History Of Gurkha Kukri

It’s one of the world’s oldest weapons recorded in human history, the origin of khukuri is in the land of Gurkhas, Nepal, and is still in service for centuries. It holds a strong historical ground in Nepal and is also the national weapon of Nepal. 

The existence of Khukuri is even older than the establishment of Gorkha as a Kingdom and Nepal as a country. Nepal was founded by Prithvi Narayan Shah in 1768 while the origin of Kukri was around the early 1600s. It is a very popular weapon and rightly so a fantastic weapon.

The khukuri’s unique curved design and angle of the blade give it the ability to slice and chop simultaneously. It’s a multipurpose blade tool with a very rich history. This recurved multipurpose weapon is shaped the way it is for maximum force chopping, hacking, slashing, and stabbing. They were used to thrust to some extent. Normally people with less history information would just think of its use as a simple machete. But actually, there are more subtle ways of cutting with a kukri that’s described in the 19th-century sources. As far as the record mentions, Gurkhas used the khukuri to thrust into the enemy’s belly and rip off their abdomen in a swing manner. 

The khukuri became renowned in the western world for its versatility on the battlefield. The Gurkhas were so skilled with khukuri that it acted as an extension of their arm. Gurkhas are the bravest soldiers in the field of wars. The bravest of the brave, the most generous of the generous, never had a country seen any troop like the Gurkhas. Gurkha army has made ultimate sacrifices in many parts of the world. Any Gurkha soldier is incomplete without a Khukuri on hand. It has got great history to it and the Gurkhas have used it quite valiantly in lots of interesting episodes from history.
The main significance of khukuri was introduced during the war. It was the blade issued to Nepalese soldiers widely known as The Gurkhas during the Anglo-Nepalese war (1814-1816).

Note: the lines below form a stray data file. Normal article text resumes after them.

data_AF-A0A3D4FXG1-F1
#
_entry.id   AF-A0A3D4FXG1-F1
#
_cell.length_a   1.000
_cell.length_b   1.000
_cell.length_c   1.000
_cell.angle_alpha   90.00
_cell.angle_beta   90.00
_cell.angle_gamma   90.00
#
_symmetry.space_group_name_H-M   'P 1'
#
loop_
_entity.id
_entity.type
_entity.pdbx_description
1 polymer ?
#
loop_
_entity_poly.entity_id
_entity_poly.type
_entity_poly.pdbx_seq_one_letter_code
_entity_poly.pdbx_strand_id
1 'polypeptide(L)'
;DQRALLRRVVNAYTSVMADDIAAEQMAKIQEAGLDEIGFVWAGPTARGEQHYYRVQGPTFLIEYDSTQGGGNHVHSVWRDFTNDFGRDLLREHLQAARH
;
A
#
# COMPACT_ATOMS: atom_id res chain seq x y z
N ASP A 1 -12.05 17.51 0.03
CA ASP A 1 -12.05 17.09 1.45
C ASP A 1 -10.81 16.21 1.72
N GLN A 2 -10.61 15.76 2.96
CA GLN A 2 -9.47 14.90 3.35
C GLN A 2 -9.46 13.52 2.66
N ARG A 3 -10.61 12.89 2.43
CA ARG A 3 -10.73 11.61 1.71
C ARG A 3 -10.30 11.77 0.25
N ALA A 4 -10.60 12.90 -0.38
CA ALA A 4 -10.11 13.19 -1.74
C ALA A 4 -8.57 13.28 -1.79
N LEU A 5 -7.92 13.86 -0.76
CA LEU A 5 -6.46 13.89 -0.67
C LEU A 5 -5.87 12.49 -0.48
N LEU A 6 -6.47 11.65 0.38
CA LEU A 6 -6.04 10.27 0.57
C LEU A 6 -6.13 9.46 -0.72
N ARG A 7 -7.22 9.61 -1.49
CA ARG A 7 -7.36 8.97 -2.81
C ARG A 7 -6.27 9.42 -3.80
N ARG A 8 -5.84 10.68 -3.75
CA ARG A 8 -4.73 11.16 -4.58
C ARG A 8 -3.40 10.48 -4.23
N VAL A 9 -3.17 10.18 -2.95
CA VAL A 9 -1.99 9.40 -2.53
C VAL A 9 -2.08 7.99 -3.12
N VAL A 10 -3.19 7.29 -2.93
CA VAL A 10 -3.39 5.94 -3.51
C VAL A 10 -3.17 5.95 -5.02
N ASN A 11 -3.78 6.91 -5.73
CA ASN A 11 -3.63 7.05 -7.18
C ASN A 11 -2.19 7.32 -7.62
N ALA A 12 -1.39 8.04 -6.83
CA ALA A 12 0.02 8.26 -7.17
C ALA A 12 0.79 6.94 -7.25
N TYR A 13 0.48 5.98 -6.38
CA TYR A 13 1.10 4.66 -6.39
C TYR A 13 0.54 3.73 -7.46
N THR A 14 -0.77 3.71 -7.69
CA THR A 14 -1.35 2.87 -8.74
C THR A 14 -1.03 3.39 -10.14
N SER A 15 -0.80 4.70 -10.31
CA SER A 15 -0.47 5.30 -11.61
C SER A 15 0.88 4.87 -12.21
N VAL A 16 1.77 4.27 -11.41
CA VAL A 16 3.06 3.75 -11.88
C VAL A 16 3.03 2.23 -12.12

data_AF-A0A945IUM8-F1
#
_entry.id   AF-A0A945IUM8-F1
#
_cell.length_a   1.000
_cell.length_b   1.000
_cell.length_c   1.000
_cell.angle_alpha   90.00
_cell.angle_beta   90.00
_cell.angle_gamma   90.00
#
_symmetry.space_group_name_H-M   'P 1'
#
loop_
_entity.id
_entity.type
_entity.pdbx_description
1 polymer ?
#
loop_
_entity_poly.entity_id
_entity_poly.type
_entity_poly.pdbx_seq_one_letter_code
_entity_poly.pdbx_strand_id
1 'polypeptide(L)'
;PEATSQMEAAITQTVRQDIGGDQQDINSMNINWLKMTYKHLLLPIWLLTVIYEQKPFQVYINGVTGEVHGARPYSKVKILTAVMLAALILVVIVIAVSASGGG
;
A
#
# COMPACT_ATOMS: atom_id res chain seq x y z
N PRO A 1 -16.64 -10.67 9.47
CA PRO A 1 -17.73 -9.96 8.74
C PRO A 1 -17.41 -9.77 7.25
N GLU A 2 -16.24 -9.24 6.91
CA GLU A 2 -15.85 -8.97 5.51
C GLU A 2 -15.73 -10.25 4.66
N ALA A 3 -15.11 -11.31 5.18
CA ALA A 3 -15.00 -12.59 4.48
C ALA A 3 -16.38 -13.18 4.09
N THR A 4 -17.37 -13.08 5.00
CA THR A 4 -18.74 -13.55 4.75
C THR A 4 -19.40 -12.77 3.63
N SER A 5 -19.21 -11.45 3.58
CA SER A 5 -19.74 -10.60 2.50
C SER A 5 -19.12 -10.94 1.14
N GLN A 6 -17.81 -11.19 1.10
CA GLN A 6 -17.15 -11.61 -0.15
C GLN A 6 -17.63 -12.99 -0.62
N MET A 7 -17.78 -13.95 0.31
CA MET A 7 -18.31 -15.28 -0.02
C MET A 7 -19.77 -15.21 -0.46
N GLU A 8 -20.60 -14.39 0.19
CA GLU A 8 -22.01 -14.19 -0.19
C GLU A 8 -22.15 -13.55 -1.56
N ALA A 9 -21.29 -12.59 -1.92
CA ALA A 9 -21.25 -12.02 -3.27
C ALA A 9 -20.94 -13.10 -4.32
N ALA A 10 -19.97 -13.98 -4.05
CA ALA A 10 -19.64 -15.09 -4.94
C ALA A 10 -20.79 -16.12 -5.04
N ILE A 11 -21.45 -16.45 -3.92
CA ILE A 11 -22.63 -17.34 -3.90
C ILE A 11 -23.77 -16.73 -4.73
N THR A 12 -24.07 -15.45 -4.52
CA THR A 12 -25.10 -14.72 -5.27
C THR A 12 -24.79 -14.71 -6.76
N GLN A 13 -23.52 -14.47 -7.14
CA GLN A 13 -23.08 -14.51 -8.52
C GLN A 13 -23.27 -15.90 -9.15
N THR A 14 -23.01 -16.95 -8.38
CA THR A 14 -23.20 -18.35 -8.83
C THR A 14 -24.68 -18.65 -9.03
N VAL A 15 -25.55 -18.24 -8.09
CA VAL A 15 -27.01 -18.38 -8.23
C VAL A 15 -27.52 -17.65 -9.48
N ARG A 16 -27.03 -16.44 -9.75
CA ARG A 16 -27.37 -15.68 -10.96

Later, when Nepali Gurkhas came hand in hand with the British Government during World War I & II, the whole world got the taste of Khukuri’s power and brave Nepali Gurkhas. After the World Wars, Khukuri was also known as Gurkha Blade or Gurkha Knife around the world. It is the only weapon that was compulsorily used by Gurkha from the 1814 Anglo-Nepal war to the 1999 Kargil war in the Indian and British army that made a historical mark on the world history of wars.
 It’s spelled as Kukri in Western countries, Khukri in India, and Khukuri in Nepal. The original name is Khukuri but now is spelled differently in different parts of the world.
All the khukuris made in Nepal are original but they vary in their qualities, sizes, and weights.Today, it is more visible worldwide. It is part of Army training in many countries and documented in movies as well.

Parts Of Khukuri

The khukuri blade is basically divided into 3 parts.

The edge sharp part of khukuri is used for thrust or stab purposes.

The middle belly curve part of khukuri is used for chopping and cutting purposes.

The narrow bottom part of the blade is used to slice off things.

Notch

There’s a small notch in every khukuri just above the handle part. The notch has a similar shape to OM which makes the khukuri even religiously important in Nepal and Hindu countries. The notch was made to prevent blood flow from the blade to slide into the handles of the khukuris. That helps to maintain a firm grip on khukuri.Khukuri designed or made for western countries does not have such a notch on it.